with docents explaining what soaring was all about.
The pavilion of Wright Brothers National Memorial
housed a static display of sailplanes, which
included a Baby Bowlus (1938), a Schweizer 1-26
(1954), HpH 304 (1995), and a just completed 1911
Wright glider replica. Hanging from the ceiling were
several colorful and historically significant hang
The original vision was to introduce the beauty of
the sport as it had evolved from Orville Wright’s
9'45" soaring flight. Talking with the SSA and
others, this was possibly the largest concentration
of soaring enthusiasts and the interested public, in
one place in the United States since World War II.
SOARING100 introduced the thought of motorless
flight to many people and hopefully will bring in
newcomers to the various sports of soaring!
New LXNAV V7
LXNAV V7 Variometer is a very sexy new digital
speed-to-fly variometer and final glide calculator -
with a built-in g-meter, FLARM traffic display and
digital logbook. It is a speed-to-fly variometer
with stepper motor driven mechanical needle (red
pointer) and bright color display - and it fits into
a standard 57 mm instrument hole. A rotary knob /
push-button is used to move through display and
setup screens and to edit parameters. The built-in 2
inch 320 x 240 pixel color display is used to
display parameters such as vario average, thermal
average, distance to goal, altitude, battery level,
speed-to-fly push/pull indicator, MacCready setting,
etc. A very cool use of the built-in color display
is a FLARM "clock" display screen. I am especially
impressed with the way the vario 20 second average
(red diamond), MacCready (blue arrowhead) and
Thermal Average (green "T") are displayed on the
inside of the vario scale - making it easy to
compare the MacCready setting to the thermal
average, 20 second vario average, and instantaneous
vario reading (red pointer). Another interesting
feature is that a
arc is displayed around the inside of the variometer
scale which indicates the maximum and minimum lift
lift/sink rates over the last 20 seconds. That will
be useful while centering thermals and deciding when
to leave a thermal. A built-in logbook feature is
also very nice. It makes it easy to update your
personal of sailplane logbook with dates (if a GPS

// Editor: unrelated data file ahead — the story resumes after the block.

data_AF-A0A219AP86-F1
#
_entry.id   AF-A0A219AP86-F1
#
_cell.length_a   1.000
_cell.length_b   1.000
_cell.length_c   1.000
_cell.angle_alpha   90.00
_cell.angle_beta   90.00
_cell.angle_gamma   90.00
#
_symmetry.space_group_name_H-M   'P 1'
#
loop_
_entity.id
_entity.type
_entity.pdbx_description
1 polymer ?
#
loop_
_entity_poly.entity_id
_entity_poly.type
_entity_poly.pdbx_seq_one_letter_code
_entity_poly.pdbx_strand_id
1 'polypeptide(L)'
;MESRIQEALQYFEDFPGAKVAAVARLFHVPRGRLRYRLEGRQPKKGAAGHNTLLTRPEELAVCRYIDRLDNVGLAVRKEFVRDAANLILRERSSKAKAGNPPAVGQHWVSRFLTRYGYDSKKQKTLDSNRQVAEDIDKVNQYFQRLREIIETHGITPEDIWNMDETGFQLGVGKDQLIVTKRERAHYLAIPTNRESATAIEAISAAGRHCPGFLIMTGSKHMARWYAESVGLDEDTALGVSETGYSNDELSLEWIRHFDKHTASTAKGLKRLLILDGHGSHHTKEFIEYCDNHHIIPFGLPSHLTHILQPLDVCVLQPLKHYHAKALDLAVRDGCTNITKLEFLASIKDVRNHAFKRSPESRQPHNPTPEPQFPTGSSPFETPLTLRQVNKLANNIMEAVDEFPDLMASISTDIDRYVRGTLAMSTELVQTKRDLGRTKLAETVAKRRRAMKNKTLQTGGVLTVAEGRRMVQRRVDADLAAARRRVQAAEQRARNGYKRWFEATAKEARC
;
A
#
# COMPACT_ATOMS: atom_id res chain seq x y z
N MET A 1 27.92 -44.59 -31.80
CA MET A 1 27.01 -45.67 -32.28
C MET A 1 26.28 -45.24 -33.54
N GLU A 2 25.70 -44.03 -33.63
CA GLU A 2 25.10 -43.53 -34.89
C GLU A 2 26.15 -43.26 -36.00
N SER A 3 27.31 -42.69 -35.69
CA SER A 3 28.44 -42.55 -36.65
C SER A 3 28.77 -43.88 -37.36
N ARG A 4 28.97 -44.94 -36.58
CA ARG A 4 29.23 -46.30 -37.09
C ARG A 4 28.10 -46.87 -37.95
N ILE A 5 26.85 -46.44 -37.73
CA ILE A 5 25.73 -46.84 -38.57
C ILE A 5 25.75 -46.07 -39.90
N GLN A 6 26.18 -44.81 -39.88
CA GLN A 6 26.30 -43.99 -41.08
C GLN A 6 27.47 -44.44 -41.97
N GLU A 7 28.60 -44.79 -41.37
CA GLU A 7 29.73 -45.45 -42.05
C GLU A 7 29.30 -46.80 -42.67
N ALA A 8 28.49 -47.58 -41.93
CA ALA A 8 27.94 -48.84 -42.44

is connected) and flight times. A g-meter is also
built into the V7 with g indication on the vario
scale - just like a classic g-meter. A red arc on
the inside of the variometer scale can be enabled to
display the range of g readings encountered. It can
be reset manually and it automatically resets on
take-off. The small red diamond that defaults to the
display of average variometer can be configured to
display the instantaneous g reading. The V7 can
provide 5V power for a PDA or PNA.
The V7 sells
for $1595 and the V7D 2nd-seat repeater sells for
$560. This is going to be a very popular unit.
I will have units in stock in a week or 2.
All the cool new features pioneered in the V7 will
quickly get into the V5 variometers that are used
with LXNAV LX8000, LX8080 and LX9000 flight
LXNAV now offers a new AHRS (attitude and heading
reference system) for use with their flight computer
systems. It is a 1200 € (about $1680) option. The LX
Styler software can be used to place and size the
AHRS display on any screen on your LX8000, LX8080 or
Nano - Free software upgrade
free software upgrade is available for the LXNAV
Nano. When you connect your Nano to your PC
and run the Nano configuration software it will tell
you if your configuration software or Nano firmware
need updating. It will also take care of the
update for you. If the software doesn't
show any version checks, then you may need to
upgrade the PC software manually. You can
download the NanoConfig software directly onto the
memory card in the Nano. The software is
version offers several advantages - such as
increased battery duration of 28 hours - so I highly
recommend doing the upgrade.
Romeo - Good Start
Zulu Romeo - Good Start is a wonderful soaring
documentary from the 1974 World Gliding